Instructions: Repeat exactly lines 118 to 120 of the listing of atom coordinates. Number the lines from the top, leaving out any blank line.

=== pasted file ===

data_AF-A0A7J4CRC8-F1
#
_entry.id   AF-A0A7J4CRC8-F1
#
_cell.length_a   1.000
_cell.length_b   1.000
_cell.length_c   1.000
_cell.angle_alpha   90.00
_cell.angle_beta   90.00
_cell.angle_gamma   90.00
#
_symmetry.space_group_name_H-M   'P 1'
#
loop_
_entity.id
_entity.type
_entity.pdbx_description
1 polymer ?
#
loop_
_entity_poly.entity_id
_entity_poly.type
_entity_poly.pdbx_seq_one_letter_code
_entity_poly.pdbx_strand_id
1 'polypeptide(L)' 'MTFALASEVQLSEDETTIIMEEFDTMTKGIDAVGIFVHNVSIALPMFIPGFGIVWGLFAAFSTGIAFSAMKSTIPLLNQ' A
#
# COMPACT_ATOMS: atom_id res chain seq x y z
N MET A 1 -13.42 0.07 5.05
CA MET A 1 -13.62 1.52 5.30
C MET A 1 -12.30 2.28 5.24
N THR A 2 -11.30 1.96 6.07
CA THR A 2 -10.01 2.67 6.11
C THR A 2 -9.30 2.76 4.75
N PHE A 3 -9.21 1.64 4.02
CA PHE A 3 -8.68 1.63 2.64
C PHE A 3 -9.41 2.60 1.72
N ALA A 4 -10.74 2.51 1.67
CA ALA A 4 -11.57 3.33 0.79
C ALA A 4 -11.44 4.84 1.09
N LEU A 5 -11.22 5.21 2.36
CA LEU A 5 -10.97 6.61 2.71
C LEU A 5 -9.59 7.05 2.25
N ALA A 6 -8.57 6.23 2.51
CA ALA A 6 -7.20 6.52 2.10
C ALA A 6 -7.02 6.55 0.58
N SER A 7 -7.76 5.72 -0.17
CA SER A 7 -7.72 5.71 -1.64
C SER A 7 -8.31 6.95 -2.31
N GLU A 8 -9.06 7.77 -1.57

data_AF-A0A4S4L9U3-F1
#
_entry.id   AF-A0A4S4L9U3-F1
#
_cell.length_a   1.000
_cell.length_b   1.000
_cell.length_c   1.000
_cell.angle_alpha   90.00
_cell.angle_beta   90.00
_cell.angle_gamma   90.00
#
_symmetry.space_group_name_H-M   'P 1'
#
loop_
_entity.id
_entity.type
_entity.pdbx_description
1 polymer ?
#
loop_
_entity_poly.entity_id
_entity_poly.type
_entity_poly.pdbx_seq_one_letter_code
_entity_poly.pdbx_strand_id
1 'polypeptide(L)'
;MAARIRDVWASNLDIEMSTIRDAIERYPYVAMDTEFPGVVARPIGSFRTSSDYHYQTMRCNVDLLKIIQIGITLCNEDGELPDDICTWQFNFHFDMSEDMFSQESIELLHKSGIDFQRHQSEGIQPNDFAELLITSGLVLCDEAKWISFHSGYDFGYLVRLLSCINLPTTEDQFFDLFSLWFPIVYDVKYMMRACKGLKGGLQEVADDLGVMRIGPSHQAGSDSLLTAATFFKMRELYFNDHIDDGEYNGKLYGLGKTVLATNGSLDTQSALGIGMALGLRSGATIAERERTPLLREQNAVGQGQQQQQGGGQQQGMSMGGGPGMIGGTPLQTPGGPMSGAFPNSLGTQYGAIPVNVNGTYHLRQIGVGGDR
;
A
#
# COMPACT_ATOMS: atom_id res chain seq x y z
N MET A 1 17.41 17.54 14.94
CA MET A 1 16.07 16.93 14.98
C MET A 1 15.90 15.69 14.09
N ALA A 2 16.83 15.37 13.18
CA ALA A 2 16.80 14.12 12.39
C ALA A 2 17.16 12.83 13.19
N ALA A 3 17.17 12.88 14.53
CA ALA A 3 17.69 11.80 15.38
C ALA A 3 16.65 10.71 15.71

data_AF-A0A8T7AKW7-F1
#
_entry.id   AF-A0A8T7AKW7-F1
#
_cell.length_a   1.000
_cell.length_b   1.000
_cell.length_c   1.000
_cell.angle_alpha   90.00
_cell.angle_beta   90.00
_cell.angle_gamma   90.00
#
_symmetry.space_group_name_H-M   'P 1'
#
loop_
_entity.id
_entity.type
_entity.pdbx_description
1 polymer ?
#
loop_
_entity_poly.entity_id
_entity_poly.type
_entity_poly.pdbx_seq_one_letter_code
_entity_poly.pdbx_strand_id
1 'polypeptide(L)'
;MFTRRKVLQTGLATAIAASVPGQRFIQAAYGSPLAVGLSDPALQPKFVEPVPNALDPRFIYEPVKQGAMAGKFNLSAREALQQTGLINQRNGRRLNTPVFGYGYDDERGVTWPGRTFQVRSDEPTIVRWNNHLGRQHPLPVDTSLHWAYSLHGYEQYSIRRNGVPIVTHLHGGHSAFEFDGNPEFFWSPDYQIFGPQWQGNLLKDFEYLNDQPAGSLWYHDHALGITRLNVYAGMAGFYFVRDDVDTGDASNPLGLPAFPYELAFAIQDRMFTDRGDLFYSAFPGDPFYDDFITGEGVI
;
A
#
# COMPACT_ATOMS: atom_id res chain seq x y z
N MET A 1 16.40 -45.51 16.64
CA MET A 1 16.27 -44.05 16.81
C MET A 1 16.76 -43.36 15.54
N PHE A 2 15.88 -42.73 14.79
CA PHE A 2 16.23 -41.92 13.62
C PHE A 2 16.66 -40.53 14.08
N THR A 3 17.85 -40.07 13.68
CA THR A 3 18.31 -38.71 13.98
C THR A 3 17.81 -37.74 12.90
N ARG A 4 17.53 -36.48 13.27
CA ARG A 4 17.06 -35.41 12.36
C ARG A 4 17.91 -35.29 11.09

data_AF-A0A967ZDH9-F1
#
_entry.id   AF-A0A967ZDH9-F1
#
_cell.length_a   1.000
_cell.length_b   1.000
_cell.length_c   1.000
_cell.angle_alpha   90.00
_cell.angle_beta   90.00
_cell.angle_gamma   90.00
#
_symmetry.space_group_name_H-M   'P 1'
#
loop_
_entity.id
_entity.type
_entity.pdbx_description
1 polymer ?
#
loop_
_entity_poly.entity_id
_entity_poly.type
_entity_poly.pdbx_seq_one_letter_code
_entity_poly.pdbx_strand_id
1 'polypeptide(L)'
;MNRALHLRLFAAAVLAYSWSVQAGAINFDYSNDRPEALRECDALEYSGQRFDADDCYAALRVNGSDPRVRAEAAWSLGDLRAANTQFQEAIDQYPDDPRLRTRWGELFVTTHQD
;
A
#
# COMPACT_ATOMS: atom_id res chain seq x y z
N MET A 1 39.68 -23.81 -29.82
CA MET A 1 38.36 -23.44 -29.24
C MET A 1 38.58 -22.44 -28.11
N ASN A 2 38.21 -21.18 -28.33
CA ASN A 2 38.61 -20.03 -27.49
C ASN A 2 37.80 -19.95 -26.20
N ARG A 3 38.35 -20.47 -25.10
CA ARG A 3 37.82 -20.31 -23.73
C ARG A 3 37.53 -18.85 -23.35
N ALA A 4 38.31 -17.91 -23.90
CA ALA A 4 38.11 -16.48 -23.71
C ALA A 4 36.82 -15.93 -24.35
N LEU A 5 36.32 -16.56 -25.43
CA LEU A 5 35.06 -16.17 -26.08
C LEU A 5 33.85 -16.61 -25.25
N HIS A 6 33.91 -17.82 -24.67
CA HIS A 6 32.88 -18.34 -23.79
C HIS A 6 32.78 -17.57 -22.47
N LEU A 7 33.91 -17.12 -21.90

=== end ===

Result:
# COMPACT_ATOMS: atom_id res chain seq x y z
N MET A 1 16.40 -45.51 16.64
CA MET A 1 16.27 -44.05 16.81